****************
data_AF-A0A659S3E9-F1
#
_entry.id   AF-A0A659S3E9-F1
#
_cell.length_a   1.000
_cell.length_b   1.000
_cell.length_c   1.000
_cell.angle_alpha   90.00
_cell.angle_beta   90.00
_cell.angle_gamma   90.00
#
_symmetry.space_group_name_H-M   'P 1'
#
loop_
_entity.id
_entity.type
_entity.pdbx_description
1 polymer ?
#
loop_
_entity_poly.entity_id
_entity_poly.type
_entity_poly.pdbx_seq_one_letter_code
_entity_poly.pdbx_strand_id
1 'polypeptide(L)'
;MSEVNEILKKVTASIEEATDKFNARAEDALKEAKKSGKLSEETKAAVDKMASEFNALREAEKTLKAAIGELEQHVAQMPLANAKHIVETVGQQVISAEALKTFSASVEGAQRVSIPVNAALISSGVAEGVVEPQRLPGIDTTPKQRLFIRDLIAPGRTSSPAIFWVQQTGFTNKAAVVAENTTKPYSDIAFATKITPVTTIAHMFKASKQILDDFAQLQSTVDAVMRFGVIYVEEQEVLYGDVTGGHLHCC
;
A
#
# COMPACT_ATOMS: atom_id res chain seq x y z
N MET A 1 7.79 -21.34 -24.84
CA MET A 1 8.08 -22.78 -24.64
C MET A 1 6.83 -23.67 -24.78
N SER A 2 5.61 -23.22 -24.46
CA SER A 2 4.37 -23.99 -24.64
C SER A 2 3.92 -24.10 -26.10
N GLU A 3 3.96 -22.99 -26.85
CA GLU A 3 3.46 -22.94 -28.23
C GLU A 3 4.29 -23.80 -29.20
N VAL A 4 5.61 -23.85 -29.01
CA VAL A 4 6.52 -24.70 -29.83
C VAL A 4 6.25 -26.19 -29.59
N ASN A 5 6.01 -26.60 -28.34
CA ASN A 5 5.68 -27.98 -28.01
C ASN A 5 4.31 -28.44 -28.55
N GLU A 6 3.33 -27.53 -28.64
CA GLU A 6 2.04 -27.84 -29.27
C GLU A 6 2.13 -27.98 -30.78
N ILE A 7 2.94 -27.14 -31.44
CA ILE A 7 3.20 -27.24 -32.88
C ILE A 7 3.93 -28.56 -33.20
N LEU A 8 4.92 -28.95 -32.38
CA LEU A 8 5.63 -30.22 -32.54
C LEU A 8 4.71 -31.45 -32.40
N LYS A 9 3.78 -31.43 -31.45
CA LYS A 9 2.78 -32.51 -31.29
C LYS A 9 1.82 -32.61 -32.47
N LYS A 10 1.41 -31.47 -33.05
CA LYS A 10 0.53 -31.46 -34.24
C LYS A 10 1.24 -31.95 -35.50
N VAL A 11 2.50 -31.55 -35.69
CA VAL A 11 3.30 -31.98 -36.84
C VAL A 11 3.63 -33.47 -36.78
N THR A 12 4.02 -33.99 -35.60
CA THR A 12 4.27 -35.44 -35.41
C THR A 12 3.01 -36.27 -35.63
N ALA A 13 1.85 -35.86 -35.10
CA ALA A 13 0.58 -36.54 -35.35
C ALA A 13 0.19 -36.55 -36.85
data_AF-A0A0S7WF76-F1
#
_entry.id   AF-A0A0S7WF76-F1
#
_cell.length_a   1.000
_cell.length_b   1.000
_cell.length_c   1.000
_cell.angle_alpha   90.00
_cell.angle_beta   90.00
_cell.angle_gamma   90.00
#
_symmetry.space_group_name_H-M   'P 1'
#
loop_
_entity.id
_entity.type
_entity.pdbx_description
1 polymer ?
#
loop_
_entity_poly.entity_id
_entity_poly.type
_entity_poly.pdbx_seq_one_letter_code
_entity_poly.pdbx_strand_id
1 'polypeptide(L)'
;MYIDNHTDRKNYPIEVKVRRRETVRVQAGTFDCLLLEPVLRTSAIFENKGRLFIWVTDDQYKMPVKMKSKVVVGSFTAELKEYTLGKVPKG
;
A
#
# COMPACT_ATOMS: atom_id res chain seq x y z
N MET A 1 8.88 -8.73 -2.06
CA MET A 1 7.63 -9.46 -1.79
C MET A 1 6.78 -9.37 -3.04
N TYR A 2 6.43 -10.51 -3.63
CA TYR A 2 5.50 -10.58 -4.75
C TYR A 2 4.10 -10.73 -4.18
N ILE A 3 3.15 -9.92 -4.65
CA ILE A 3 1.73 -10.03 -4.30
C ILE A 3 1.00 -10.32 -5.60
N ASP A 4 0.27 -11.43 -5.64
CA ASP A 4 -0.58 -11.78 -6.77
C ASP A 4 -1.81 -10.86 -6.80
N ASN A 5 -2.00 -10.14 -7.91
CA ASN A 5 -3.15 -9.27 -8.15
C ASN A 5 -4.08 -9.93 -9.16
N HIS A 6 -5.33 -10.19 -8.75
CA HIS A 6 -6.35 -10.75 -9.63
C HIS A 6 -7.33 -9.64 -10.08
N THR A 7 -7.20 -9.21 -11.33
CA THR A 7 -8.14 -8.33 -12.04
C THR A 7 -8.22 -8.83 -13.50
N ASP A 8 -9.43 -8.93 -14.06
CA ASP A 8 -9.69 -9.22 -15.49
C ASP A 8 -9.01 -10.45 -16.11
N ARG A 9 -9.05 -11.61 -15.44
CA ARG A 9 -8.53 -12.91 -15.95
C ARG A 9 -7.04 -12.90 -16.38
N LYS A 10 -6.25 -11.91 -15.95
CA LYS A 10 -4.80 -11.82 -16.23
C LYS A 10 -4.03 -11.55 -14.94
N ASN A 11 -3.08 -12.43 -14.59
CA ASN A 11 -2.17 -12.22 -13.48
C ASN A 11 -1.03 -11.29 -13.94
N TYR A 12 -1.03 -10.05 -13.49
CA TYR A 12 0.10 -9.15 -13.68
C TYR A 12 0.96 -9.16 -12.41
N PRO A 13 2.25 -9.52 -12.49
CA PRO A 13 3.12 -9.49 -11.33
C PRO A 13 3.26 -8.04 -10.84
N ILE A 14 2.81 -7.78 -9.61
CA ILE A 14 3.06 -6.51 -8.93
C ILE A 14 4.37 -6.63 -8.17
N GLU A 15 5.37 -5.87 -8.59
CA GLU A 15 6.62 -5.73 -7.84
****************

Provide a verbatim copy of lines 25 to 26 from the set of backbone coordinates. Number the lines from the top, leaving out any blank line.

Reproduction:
1 'polypeptide(L)'
;MSEVNEILKKVTASIEEATDKFNARAEDALKEAKKSGKLSEETKAAVDKMASEFNALREAEKTLKAAIGELEQHVAQMPLANAKHIVETVGQQVISAEALKTFSASVEGAQRVSIPVNAALISSGVAEGVVEPQRLPGIDTTPKQRLFIRDLIAPGRTSSPAIFWVQQTGFTNKAAVVAENTTKPYSDIAFATKITPVTTIAHMFKASKQILDDFAQLQSTVDAVMRFGVIYVEEQEVLYGDVTGGHLHCC